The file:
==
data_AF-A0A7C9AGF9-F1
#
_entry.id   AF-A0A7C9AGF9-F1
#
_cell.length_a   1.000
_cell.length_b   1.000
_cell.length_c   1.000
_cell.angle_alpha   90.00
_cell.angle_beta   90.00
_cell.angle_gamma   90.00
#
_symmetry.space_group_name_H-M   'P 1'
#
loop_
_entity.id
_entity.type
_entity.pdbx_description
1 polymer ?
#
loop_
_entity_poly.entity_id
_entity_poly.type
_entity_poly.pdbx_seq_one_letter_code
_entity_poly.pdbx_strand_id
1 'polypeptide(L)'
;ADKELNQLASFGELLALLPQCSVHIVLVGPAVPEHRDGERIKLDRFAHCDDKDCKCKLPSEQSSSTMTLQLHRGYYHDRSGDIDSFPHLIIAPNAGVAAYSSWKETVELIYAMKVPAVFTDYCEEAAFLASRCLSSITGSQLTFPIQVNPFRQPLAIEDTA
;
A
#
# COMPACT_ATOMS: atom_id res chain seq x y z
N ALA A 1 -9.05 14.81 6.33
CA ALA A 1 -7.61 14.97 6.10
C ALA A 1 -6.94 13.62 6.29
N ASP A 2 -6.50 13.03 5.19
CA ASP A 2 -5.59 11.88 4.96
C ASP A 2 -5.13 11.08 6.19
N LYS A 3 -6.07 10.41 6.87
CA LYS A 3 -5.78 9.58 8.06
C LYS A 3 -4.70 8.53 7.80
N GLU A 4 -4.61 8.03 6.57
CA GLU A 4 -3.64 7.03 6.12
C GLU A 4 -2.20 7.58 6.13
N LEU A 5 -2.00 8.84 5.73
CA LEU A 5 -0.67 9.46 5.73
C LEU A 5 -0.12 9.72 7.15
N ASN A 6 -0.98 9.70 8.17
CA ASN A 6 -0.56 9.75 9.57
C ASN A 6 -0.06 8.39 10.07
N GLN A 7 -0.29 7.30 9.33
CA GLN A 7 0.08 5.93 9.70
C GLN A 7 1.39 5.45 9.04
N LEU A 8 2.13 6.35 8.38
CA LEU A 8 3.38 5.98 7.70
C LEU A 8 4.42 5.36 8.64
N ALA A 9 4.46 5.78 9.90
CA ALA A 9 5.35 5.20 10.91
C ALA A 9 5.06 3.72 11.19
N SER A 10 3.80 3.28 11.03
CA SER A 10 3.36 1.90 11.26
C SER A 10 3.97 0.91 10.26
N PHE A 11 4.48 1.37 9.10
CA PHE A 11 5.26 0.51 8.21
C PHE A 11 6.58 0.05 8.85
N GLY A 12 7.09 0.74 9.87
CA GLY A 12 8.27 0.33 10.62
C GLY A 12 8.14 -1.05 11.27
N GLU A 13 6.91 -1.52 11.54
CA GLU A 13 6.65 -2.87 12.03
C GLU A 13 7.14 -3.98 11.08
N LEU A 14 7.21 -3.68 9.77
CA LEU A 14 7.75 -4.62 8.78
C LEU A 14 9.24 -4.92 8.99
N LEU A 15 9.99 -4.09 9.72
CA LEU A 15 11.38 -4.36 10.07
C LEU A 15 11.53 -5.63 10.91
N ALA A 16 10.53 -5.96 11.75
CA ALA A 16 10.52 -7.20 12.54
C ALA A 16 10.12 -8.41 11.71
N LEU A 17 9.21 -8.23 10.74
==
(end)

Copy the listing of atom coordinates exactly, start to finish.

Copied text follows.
data_AF-A0A7C9AGF9-F1
#
_entry.id   AF-A0A7C9AGF9-F1
#
_cell.length_a   1.000
_cell.length_b   1.000
_cell.length_c   1.000
_cell.angle_alpha   90.00
_cell.angle_beta   90.00
_cell.angle_gamma   90.00
#
_symmetry.space_group_name_H-M   'P 1'
#
loop_
_entity.id
_entity.type
_entity.pdbx_description
1 polymer ?
#
loop_
_entity_poly.entity_id
_entity_poly.type
_entity_poly.pdbx_seq_one_letter_code
_entity_poly.pdbx_strand_id
1 'polypeptide(L)'
;ADKELNQLASFGELLALLPQCSVHIVLVGPAVPEHRDGERIKLDRFAHCDDKDCKCKLPSEQSSSTMTLQLHRGYYHDRSGDIDSFPHLIIAPNAGVAAYSSWKETVELIYAMKVPAVFTDYCEEAAFLASRCLSSITGSQLTFPIQVNPFRQPLAIEDTA
;
A
#
# COMPACT_ATOMS: atom_id res chain seq x y z
N ALA A 1 -9.05 14.81 6.33
CA ALA A 1 -7.61 14.97 6.10
C ALA A 1 -6.94 13.62 6.29
N ASP A 2 -6.50 13.03 5.19
CA ASP A 2 -5.59 11.88 4.96
C ASP A 2 -5.13 11.08 6.19
N LYS A 3 -6.07 10.41 6.87
CA LYS A 3 -5.78 9.58 8.06
C LYS A 3 -4.70 8.53 7.80
N GLU A 4 -4.61 8.03 6.57
CA GLU A 4 -3.64 7.03 6.12
C GLU A 4 -2.20 7.58 6.13
N LEU A 5 -2.00 8.84 5.73
CA LEU A 5 -0.67 9.46 5.73
C LEU A 5 -0.12 9.72 7.15
N ASN A 6 -0.98 9.70 8.17
CA ASN A 6 -0.56 9.75 9.57
C ASN A 6 -0.06 8.39 10.07
N GLN A 7 -0.29 7.30 9.33
CA GLN A 7 0.08 5.93 9.70
C GLN A 7 1.39 5.45 9.04
N LEU A 8 2.13 6.35 8.38
CA LEU A 8 3.38 5.98 7.70
C LEU A 8 4.42 5.36 8.64
N ALA A 9 4.46 5.78 9.90
CA ALA A 9 5.35 5.20 10.91
C ALA A 9 5.06 3.72 11.19
N SER A 10 3.80 3.28 11.03
CA SER A 10 3.36 1.90 11.26
C SER A 10 3.97 0.91 10.26
N PHE A 11 4.48 1.37 9.10
CA PHE A 11 5.26 0.51 8.21
C PHE A 11 6.58 0.05 8.85
N GLY A 12 7.09 0.74 9.87
CA GLY A 12 8.27 0.33 10.62
C GLY A 12 8.14 -1.05 11.27
N GLU A 13 6.91 -1.52 11.54
CA GLU A 13 6.65 -2.87 12.03
C GLU A 13 7.14 -3.98 11.08
N LEU A 14 7.21 -3.68 9.77
CA LEU A 14 7.75 -4.62 8.78
C LEU A 14 9.24 -4.92 8.99
N LEU A 15 9.99 -4.09 9.72
CA LEU A 15 11.38 -4.36 10.07
C LEU A 15 11.53 -5.63 10.91
N ALA A 16 10.53 -5.96 11.75
CA ALA A 16 10.52 -7.20 12.54
C ALA A 16 10.12 -8.41 11.71
N LEU A 17 9.21 -8.23 10.74